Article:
Detailed specs for "29:1 Metal Gearmotor 37Dx52L" item #1103

I’ve 3 questions on this motor 29:1 Metal Gearmotor 37Dx52L, item #1103

Question 1:
I need to know the Torque value at free run speed for this gearmotor (item 1103). In details: can a single 1103 gearmotor drive about 1,5Kg load without damage itself?

Question 2:
The gears inside the gearbox are metal-made, or there are some plastic-made gears?

Question 3:
Output shaft has the ball-bearing?


Answer 1:
The torque at free-run speed should be zero since it is measured with no load on the shaft. You can get a general idea of the torque at various other speeds by approximating a linear relationship between zero torque at full speed and the stall torque at stall. Also, the torque and speed will vary proportionally with the voltage.

I cannot determine if your load would be appropriate for these motors because the load you have given is a weight and is not a torque. We generally recommend not loading the motor with more than 30% of the stall torque.

Answer 2:
All the gears in our metal gearmotor are metal.

Answer 3:
There are no ball bearings on the output shafts of our metal gearmotors.

- Grant

Oh, really? That’s surprising. You might want to mention that the gearboxes are bushing-output-type on the product page, because ball bearings are almost an assumed standard for me…

From our experience, ball bearings are not a standard thing in motors of this type. Have you seen other companies use ball bearings in their motors, but not list them as a feature because it is considered standard? If so, could you provide some links to those motors?

- Grant

My point was that most of them specify that they uses bearings! Now it makes sense that you also don’t rate for axial load…

Hi, jwatte.

Can you elaborate on why ball bearings are an assumed standard for you? As far as I know, ball bearings are not common on the classes of motors we carry, so I would be interested to hear if your experience is very different.

- Ben

When I’ve looked at motors “in general,” gearboxes typically have a bearing output shaft. Those are likely from higher-cost sites than your motors – what I know of mechanical engineering, I’ve learned from motion control company white papers and such like.
When I’ve separately looked at hobby servos in the same price class as the motors you supply, they also are typically billed with ball bearings on the output spline. (Those systems are integrated motor + gearbox + encoder + driver, so one more piece than your motor + gearbox + encoder option.)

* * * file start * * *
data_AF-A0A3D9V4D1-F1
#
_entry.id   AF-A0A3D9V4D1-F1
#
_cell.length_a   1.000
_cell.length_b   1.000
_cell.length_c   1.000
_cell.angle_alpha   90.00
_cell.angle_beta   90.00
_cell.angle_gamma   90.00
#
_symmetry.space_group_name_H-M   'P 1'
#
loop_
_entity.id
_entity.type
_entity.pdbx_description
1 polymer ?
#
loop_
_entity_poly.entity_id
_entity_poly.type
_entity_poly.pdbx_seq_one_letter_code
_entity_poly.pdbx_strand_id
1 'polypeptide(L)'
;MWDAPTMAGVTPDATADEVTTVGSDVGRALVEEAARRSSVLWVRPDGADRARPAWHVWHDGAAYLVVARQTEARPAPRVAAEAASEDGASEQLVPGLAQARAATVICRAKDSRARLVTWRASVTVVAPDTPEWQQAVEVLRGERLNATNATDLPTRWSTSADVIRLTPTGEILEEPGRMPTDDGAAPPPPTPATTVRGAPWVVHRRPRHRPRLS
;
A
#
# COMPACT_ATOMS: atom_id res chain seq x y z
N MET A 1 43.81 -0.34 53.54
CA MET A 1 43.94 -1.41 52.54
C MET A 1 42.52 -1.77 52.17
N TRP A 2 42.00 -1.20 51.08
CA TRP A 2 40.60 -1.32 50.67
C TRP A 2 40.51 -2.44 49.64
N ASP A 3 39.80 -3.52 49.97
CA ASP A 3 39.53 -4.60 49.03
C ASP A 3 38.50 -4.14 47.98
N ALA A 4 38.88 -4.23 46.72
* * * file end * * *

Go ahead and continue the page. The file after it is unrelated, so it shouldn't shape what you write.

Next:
So, I wouldn’t expect the micro metal gearmotor, or the solarbotics plastic motor, to have an output bearing. (On the micro metal, I can even see that’s not the case :slight_smile:
But for a $40 inch-and-a-half motor rated at 60 Watts and up to 250 ozin of torque, my mind lept to that conclusion. It might have not been justified to do that, but that’s what it did, and that’s why I was surprised learning otherwise. (also, without the encoder, I guess it’s a $25 motor…)
The good news: This counts as this weeks “really, never assume anything” incident for me. I keep having to remind myself of this.

Also, ServoCity apparently has some $28 and $40 motors that have (dual) ball bearings.

I’m not sure if these are what you are talking about, but if so, I think they probably use cast gears instead of machined gears to reduce cost, which is why they can be a similar price to ours while including ball bearings.

- Ben

Excuse me… Jwatte said the correct thing: I mean the Axial Load. Can I apply 1,5Kg of load without damage the gears?

Unfortunately, as jwatte mentioned, we do not have that motor characterized for axial load, so I do not know what effect an axial load would have on the gears.

- Grant


Imho, bearing or not, the output shaft of a small DC motor should hardly ever be put under high axial load. However, creating a wheeled robot with bearing supported drive shafts and axles all over is not an easy or inexpensive task for a novice. Since almost all Pololu motors are shown with with wheels attached directly to the output shaft, I reckon it would be good idea to post some best-practices on the kind of load you can put on a simple robot platform (i.e. per motor/wheel attached).


It sounds like you might be talking more about radial loading on the motor shaft and not axial loading. I suspect that loading too much on the motor shaft in either radial or axial directions is not a good thing. Many times with smaller robots where the load is small, you can connect the wheel directly to the motor shaft. When the robot gets larger or the loads get larger, you do want to avoid having the loads directly on the motor shaft. As you point out though, this is often not an easy or inexpensive task for someone who does not have the experience. Most of the things we carry fall into the small robot category, but we will keep your suggestion in mind.

- Grant

@grant: You’re absolutely right - I was indeed referring to radial load. Just got carried away with the discussion on axial load :smiley: Thanks for the nice reply